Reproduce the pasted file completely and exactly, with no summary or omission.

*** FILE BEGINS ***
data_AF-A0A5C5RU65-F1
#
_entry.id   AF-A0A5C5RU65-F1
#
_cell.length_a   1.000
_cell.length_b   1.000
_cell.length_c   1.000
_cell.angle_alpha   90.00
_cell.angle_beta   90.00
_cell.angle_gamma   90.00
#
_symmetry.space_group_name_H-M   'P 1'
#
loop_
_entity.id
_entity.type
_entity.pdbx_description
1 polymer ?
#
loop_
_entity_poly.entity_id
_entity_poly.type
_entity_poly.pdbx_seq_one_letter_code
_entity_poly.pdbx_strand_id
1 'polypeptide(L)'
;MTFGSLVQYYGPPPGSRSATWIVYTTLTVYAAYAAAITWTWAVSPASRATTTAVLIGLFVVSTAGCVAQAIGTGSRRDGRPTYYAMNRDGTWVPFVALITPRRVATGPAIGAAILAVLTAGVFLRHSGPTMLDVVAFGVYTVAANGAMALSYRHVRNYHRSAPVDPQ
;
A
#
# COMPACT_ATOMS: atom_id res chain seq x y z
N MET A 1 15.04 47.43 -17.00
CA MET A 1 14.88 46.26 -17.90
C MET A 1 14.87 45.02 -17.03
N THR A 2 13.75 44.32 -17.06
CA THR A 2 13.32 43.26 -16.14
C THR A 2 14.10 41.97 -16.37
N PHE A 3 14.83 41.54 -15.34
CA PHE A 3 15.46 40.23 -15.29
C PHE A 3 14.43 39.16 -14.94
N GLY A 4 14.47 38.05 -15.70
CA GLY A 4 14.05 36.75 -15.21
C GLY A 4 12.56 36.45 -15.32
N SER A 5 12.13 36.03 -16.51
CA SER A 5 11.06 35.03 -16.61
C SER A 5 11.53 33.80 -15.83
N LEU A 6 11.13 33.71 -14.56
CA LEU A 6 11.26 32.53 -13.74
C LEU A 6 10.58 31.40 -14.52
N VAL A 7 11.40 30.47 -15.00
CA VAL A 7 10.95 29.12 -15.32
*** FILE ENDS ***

data_AF-A0A5C5RU65-F1
#
_entry.id   AF-A0A5C5RU65-F1
#
_cell.length_a   1.000
_cell.length_b   1.000
_cell.length_c   1.000
_cell.angle_alpha   90.00
_cell.angle_beta   90.00
_cell.angle_gamma   90.00
#
_symmetry.space_group_name_H-M   'P 1'
#
loop_
_entity.id
_entity.type
_entity.pdbx_description
1 polymer ?
#
loop_
_entity_poly.entity_id
_entity_poly.type
_entity_poly.pdbx_seq_one_letter_code
_entity_poly.pdbx_strand_id
1 'polypeptide(L)'
;MTFGSLVQYYGPPPGSRSATWIVYTTLTVYAAYAAAITWTWAVSPASRATTTAVLIGLFVVSTAGCVAQAIGTGSRRDGRPTYYAMNRDGTWVPFVALITPRRVATGPAIGAAILAVLTAGVFLRHSGPTMLDVVAFGVYTVAANGAMALSYRHVRNYHRSAPVDPQ
;
A
#
# COMPACT_ATOMS: atom_id res chain seq x y z
N MET A 1 15.04 47.43 -17.00
CA MET A 1 14.88 46.26 -17.90
C MET A 1 14.87 45.02 -17.03
N THR A 2 13.75 44.32 -17.06
CA THR A 2 13.32 43.26 -16.14
C THR A 2 14.10 41.97 -16.37
N PHE A 3 14.83 41.54 -15.34
CA PHE A 3 15.46 40.23 -15.29
C PHE A 3 14.43 39.16 -14.94
N GLY A 4 14.47 38.05 -15.70
CA GLY A 4 14.05 36.75 -15.21
C GLY A 4 12.56 36.45 -15.32
N SER A 5 12.13 36.03 -16.51
CA SER A 5 11.06 35.03 -16.61
C SER A 5 11.53 33.80 -15.83
N LEU A 6 11.13 33.71 -14.56
CA LEU A 6 11.26 32.53 -13.74
C LEU A 6 10.58 31.40 -14.52
N VAL A 7 11.40 30.47 -15.00
CA VAL A 7 10.95 29.12 -15.32